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Scholarly Information: Journal Articles

Journal articles present original research.

Review articles are slightly different types of journal articles.  Instead of presenting new research, they typically provide an overview and synthesis of a research area.  They are typically longer and provide more references than articles that present original research.

A peer-reviewed source is an article that has been reviewed by several other experts in the field before being published in order to ensure its quality. This 2-minute video describes the peer review process

Scholarly vs Non-Scholarly:

Scholarly explanation:

  • written by experts, for other experts
  • best search options: library databases
  • usually, a subscription (payment) is required to access, but not always
  • most information available through an academic library is scholarly

Non-Scholarly Information:

  • written for a wide variety of audiences, often by non-experts
  • best search options: it depends!  some freely available on the web, some for purchase, some not at all (proprietary)
    • FOR THIS CLASS:  use the databases or methods described below
  • often NOT well-indexed in library databases
  • some is freely available (free on the web), some available for payment (newspapers, magazine, books)

How do I Know if an Article is Peer-Reviewed?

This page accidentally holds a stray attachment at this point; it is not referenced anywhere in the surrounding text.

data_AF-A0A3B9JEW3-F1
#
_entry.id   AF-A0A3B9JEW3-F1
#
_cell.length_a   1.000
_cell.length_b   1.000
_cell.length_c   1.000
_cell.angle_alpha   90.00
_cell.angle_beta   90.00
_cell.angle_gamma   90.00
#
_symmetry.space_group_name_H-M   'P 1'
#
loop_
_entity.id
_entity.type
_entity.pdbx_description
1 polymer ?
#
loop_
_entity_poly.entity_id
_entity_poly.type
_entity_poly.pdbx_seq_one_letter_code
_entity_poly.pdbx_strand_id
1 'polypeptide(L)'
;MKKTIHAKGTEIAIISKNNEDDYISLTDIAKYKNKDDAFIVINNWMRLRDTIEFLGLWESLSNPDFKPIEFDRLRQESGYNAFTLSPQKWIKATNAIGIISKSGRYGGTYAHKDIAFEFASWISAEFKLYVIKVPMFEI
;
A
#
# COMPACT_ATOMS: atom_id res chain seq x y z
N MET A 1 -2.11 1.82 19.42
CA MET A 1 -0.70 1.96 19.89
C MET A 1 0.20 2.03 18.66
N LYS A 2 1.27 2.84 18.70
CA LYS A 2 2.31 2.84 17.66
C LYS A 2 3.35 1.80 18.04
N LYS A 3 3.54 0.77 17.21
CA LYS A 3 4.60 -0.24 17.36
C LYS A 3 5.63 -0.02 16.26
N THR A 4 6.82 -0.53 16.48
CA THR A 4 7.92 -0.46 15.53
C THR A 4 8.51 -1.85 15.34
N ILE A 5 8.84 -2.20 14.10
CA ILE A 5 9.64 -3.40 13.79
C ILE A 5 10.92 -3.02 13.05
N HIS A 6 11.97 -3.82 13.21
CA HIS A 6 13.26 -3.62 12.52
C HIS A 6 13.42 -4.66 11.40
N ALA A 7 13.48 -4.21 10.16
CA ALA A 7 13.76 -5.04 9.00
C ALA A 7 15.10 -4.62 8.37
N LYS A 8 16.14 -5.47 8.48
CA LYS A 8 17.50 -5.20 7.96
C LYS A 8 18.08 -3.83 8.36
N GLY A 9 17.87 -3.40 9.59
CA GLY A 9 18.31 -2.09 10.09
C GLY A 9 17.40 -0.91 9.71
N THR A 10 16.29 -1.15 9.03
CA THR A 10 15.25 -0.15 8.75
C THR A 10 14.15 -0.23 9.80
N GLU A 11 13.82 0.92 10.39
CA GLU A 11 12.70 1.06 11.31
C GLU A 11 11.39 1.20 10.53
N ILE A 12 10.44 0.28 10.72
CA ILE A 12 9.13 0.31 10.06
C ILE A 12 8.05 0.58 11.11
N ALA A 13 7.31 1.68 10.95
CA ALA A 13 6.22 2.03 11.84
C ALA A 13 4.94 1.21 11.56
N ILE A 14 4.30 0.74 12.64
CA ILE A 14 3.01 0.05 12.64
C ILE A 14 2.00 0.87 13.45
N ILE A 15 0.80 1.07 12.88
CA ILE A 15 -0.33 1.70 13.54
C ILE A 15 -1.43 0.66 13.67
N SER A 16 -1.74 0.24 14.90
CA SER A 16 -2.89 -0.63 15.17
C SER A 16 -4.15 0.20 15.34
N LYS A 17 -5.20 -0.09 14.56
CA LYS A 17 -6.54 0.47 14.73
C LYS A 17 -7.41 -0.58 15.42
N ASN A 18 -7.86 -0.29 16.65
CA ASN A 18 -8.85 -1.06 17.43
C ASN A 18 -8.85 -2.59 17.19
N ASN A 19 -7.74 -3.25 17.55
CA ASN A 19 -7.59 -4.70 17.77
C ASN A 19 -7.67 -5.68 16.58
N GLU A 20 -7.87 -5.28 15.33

Look for limits/filters

Many databases allow you to specify that you want to search only in “peer-reviewed” or “refereed” sources.

Visit the journal’s webpage

Search online for your journal’s title. Sections like “about this journal” or “editorial policies” generally mention whether the journal is peer-reviewed/refereed.

Use BROWZINE, a web-based journal engagement platform that allows you to find and virtually browse journals.

Take a look at the BROWZINE page for more information. 

Check a directory 

How to Access the Full Text of an Article

"Get it at UC" Button

Most databases provide a description of articles and other resources to help you find what you need by searching through the indexed literature within their website. Included as part of the item record is the “Get it at UC”  button. Clicking this button will direct you to a copy of the full text of the article. 

Interlibrary Loan Request

If we do not own a journal or book, you can submit an interlibrary loan (ILL) request to have the book or article (e)mailed to you for free from another UC library. Learn more about how to request books or articles.